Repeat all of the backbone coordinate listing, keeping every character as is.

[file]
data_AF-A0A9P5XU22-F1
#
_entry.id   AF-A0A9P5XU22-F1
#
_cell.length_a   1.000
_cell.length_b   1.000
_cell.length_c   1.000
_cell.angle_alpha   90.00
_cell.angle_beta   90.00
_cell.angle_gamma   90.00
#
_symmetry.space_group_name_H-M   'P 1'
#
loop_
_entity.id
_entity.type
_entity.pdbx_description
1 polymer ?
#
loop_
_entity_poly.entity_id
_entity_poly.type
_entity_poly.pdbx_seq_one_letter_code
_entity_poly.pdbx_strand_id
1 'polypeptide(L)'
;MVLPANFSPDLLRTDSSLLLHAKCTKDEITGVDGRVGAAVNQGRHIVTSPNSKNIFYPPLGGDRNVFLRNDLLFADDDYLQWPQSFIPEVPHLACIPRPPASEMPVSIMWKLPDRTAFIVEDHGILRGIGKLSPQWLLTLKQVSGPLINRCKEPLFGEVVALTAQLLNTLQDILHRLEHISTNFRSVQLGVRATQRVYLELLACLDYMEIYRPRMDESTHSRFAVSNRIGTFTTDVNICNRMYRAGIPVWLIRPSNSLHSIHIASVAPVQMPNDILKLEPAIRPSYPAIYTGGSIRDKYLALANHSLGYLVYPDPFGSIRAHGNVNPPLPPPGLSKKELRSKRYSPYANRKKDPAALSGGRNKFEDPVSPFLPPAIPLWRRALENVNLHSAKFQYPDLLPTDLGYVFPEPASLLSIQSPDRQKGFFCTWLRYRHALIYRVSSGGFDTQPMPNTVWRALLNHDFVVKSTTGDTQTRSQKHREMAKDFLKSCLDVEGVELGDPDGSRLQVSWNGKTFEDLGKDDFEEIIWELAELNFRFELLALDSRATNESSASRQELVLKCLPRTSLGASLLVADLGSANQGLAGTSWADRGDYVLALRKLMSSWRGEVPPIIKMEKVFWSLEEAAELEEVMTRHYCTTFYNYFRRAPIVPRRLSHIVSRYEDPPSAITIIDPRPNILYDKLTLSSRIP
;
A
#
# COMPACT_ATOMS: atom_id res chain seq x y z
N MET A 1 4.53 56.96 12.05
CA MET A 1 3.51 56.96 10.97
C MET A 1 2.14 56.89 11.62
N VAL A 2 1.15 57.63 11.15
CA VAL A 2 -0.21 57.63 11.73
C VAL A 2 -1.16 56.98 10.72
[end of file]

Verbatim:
data_AF-A0A9P5XU22-F1
#
_entry.id   AF-A0A9P5XU22-F1
#
_cell.length_a   1.000
_cell.length_b   1.000
_cell.length_c   1.000
_cell.angle_alpha   90.00
_cell.angle_beta   90.00
_cell.angle_gamma   90.00
#
_symmetry.space_group_name_H-M   'P 1'
#
loop_
_entity.id
_entity.type
_entity.pdbx_description
1 polymer ?
#
loop_
_entity_poly.entity_id
_entity_poly.type
_entity_poly.pdbx_seq_one_letter_code
_entity_poly.pdbx_strand_id
1 'polypeptide(L)'
;MVLPANFSPDLLRTDSSLLLHAKCTKDEITGVDGRVGAAVNQGRHIVTSPNSKNIFYPPLGGDRNVFLRNDLLFADDDYLQWPQSFIPEVPHLACIPRPPASEMPVSIMWKLPDRTAFIVEDHGILRGIGKLSPQWLLTLKQVSGPLINRCKEPLFGEVVALTAQLLNTLQDILHRLEHISTNFRSVQLGVRATQRVYLELLACLDYMEIYRPRMDESTHSRFAVSNRIGTFTTDVNICNRMYRAGIPVWLIRPSNSLHSIHIASVAPVQMPNDILKLEPAIRPSYPAIYTGGSIRDKYLALANHSLGYLVYPDPFGSIRAHGNVNPPLPPPGLSKKELRSKRYSPYANRKKDPAALSGGRNKFEDPVSPFLPPAIPLWRRALENVNLHSAKFQYPDLLPTDLGYVFPEPASLLSIQSPDRQKGFFCTWLRYRHALIYRVSSGGFDTQPMPNTVWRALLNHDFVVKSTTGDTQTRSQKHREMAKDFLKSCLDVEGVELGDPDGSRLQVSWNGKTFEDLGKDDFEEIIWELAELNFRFELLALDSRATNESSASRQELVLKCLPRTSLGASLLVADLGSANQGLAGTSWADRGDYVLALRKLMSSWRGEVPPIIKMEKVFWSLEEAAELEEVMTRHYCTTFYNYFRRAPIVPRRLSHIVSRYEDPPSAITIIDPRPNILYDKLTLSSRIP
;
A
#
# COMPACT_ATOMS: atom_id res chain seq x y z
N MET A 1 4.53 56.96 12.05
CA MET A 1 3.51 56.96 10.97
C MET A 1 2.14 56.89 11.62
N VAL A 2 1.15 57.63 11.15
CA VAL A 2 -0.21 57.63 11.73
C VAL A 2 -1.16 56.98 10.72